Tuscans proudly trace their cultural roots to their Etruscan forebears in food along with everything else. The simple and straightforward character of their cuisine, their fondness for game and large roasted or broiled cuts of meat and the use of minimal but carefully selected ingredients hark back to an earlier era when hunting and herding played a far greater role in the local lifestyle. These "big" meats also serve as the perfect foil for the region's Brunello and Vino Nobile.

But big meats are not everyday fare. If there is a favorite food of the region, the vote has to go to the humble cannellini bean which goes into soups and is served on its own as a side dish with little adornment other than a drizzle of olive oil and perhaps a sprig of rosemary. Other Italians mock the Tuscans by calling them "mangiafaggiole" or "bean-eaters," but those who mock them have never sampled the velvety glory of white beans Tuscan style.

Every meal we had in South Tuscany lived up to our expectations and then some. Even fast food was a joy. At a tollway stop driving from the Rome airport to Chiusi we ate white beans, prosciutto and fresh fruit. Compare that to a Big Mac and cry.

But three meals stand out both for their setting and the quality of their food. A five-course lunch at Castello Banfi following a tour of their facilities matched each course with one of Banfi's great wines. The highlight of the meal was wild boar stew followed by a cheese course matched with a Brunello.

The next evening we visited La Grotta in Montepulciano at the foot of the old walled city. We sat in the garden beside a 15th century church, its lighted cupola glowing overhead. Here we sampled bisteca Fiorentina, a steak from the increasingly rare Chianina cattle whose texture resembles veal though its flavor is as rich and robust as any beef we ever tasted. Naturally we accompanied it with white beans.

But for rustic romance, a simple lunch on a bench in the medieval town of Buonconvento probably takes the prize. We brought with us a hunk of pecorino and a Tuscan sausage along with a bottle of Rosso di Montalcino. We spread out our treasures on butcher paper and hacked off pieces with our Swiss Army knives in a park behind the church. The wine we swigged from paper cups.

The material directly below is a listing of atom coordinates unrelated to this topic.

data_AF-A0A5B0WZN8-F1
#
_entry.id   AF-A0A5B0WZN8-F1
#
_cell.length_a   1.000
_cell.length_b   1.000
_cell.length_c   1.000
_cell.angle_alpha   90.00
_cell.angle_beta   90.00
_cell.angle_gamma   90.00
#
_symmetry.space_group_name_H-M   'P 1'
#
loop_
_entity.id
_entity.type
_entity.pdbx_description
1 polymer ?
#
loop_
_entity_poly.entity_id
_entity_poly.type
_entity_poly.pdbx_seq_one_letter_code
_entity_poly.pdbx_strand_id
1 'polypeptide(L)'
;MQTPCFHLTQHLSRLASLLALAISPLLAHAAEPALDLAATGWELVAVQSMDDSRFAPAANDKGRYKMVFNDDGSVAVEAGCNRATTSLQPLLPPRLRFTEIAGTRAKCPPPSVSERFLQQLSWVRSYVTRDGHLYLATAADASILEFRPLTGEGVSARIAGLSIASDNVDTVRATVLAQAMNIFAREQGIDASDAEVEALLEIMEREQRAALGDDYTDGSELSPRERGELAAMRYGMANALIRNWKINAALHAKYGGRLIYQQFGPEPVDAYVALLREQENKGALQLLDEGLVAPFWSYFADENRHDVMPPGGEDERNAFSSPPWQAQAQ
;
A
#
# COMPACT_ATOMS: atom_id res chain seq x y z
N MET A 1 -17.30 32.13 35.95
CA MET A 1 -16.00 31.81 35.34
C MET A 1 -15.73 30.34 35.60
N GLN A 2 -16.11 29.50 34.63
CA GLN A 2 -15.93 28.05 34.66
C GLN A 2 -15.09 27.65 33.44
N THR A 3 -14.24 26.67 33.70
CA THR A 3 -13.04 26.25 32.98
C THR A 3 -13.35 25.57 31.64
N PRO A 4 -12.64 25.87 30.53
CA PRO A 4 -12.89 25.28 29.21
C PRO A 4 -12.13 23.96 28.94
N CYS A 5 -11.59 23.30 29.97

Pigeons cooed from the nearby steeple and Vespas hummed around us as we drank in the scene, a dusty, ancient little town so much older than anything in our country.

"Save your pennies," we said to each other. "We're coming back."

Crostini Toscani
I never thought I could like anything made with chicken livers, but that was before I went to Tuscany. Crostini of various hues, particularly topped with a chicken liver puree serve as a typical appetizer in the region. One of the most delicious we found was at La Grotta, an outstanding restaurant at the foot of the old town in Montepulciano. Not only is the food delicious, the atmosphere is outstanding as well. We are grateful to owner Davide Mazzuoli for his recipe.

1 red onion, chopped small
2 carrots, chopped small
1/2 stalk of Chinese celery or 2 narrow leaf-bearing stems of a celery stalk, chopped small
1/4 cup extra virgin olive oil
1/4 tsp. ground black pepper
2 sprigs parsley
1/2 pound chicken livers, cleaned and cubed
1/2 apple, cut into small cubes
1 1/8 cup red wine
6 Tb. cognac
2 1/2 Tb. anchovy paste
10 capers, rinsed
Sliced, toasted Italian bread

Brown onions, carrot and celery in extra virgin olive oil. Add pepper and parsley.

Add liver and cook on low heat for 20 minutes. Add apple and cook for another 10 minutes. Raise heat and add red wine.

Meanwhile warm cognac. Flambe and add it to mixture. Add anchovy paste and capers and mix thoroughly.

Puree mixture and serve on toasted bread with Vin Santo Glaze.